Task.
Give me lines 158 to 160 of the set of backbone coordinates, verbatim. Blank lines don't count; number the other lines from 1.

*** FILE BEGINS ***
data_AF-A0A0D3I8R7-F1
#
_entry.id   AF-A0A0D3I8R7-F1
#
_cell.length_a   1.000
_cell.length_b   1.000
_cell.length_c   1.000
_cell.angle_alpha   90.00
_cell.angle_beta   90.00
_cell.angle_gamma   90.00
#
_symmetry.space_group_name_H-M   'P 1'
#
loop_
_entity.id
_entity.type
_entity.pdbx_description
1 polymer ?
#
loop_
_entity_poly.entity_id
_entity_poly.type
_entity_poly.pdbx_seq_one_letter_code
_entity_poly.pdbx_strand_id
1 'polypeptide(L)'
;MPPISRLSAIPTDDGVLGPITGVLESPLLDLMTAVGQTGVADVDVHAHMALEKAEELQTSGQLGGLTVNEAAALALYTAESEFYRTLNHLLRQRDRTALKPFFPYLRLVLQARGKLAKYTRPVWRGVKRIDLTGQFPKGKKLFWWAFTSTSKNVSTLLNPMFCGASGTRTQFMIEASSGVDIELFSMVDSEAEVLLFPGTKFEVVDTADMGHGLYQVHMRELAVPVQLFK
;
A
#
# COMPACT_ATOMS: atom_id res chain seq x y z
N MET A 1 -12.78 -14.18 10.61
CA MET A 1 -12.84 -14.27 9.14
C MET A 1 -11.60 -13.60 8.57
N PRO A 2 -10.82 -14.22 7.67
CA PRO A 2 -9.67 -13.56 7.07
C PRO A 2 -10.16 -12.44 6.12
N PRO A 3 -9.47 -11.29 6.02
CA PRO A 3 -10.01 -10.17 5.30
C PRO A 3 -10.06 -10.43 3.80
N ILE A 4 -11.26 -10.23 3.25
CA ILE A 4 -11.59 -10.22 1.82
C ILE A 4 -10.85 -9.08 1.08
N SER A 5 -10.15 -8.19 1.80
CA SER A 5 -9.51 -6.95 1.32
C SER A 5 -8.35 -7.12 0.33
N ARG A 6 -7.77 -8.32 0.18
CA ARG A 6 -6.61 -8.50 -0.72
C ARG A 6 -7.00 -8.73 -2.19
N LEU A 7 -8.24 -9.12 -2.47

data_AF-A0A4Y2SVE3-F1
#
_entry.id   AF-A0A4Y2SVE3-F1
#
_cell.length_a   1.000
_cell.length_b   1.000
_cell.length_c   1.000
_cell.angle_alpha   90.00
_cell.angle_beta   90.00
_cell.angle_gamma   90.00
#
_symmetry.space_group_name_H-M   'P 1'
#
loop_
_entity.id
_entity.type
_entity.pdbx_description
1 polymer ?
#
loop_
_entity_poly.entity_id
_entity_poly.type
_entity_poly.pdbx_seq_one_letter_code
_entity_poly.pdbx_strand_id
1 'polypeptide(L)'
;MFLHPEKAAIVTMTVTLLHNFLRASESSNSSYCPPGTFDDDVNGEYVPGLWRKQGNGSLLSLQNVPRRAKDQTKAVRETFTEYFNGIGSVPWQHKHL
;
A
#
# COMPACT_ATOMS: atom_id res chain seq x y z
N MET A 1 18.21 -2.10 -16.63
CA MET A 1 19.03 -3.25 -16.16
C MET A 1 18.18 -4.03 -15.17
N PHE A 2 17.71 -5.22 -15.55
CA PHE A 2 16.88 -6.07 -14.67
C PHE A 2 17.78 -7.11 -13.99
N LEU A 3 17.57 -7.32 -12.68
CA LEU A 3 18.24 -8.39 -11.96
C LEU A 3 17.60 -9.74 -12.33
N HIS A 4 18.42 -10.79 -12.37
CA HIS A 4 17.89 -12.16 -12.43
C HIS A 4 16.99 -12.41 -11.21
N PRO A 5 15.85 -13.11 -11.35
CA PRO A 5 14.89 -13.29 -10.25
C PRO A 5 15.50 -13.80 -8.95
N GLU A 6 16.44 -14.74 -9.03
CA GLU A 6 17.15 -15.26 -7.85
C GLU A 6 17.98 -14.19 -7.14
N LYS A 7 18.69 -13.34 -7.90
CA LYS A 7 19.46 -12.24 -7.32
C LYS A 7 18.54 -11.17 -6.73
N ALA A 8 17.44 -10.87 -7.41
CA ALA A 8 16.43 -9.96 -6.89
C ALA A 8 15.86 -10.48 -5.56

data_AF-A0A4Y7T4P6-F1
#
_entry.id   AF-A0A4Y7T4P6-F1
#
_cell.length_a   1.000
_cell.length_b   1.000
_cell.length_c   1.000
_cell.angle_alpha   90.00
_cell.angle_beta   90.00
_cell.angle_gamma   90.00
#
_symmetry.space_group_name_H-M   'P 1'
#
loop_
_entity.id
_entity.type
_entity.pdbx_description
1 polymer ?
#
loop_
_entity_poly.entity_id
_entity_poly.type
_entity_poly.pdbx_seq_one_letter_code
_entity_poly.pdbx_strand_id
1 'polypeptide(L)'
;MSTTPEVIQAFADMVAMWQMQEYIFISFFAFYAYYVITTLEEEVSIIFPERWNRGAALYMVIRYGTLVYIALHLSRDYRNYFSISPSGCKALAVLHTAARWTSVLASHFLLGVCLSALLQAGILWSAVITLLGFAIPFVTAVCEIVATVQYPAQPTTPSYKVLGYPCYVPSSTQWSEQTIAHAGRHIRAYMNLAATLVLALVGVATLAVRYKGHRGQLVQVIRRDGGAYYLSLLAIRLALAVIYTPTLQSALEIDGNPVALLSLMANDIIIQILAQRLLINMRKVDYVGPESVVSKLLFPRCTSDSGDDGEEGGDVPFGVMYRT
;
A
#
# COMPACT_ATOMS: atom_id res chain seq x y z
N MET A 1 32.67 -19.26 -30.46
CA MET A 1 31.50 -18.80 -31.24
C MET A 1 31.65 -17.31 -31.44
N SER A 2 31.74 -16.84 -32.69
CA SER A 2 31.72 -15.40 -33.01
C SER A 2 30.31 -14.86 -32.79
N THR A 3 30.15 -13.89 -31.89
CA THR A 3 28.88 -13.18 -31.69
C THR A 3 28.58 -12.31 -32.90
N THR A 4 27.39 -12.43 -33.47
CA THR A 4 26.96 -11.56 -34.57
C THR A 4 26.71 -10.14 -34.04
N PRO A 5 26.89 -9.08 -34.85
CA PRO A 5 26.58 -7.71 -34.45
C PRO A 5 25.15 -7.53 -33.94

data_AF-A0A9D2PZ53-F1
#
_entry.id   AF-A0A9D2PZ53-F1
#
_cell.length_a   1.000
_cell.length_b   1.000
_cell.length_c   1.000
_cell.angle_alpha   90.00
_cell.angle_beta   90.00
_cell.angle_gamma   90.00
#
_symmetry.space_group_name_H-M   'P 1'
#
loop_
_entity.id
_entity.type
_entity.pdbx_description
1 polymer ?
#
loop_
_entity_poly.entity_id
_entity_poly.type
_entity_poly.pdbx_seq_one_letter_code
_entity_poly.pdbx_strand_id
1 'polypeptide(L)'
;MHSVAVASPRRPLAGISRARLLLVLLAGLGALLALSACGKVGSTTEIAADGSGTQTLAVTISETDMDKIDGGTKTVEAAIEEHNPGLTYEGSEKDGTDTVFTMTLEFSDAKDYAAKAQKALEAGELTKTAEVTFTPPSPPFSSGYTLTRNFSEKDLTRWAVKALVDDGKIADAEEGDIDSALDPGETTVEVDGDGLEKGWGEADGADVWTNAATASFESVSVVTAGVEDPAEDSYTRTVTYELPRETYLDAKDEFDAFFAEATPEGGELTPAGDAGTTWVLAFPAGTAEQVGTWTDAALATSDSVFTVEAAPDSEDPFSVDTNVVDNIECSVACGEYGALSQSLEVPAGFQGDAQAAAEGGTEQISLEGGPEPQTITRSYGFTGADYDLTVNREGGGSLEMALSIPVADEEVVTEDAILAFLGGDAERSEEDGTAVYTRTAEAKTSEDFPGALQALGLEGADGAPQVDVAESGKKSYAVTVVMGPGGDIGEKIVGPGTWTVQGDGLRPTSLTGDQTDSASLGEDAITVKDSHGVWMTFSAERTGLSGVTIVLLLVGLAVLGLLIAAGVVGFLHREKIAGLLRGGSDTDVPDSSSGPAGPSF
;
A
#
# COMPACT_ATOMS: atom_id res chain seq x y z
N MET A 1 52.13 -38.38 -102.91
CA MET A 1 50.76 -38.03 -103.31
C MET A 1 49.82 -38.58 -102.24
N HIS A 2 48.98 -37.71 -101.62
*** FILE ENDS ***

_cell.angle_gamma   90.00
#
_symmetry.space_group_name_H-M   'P 1'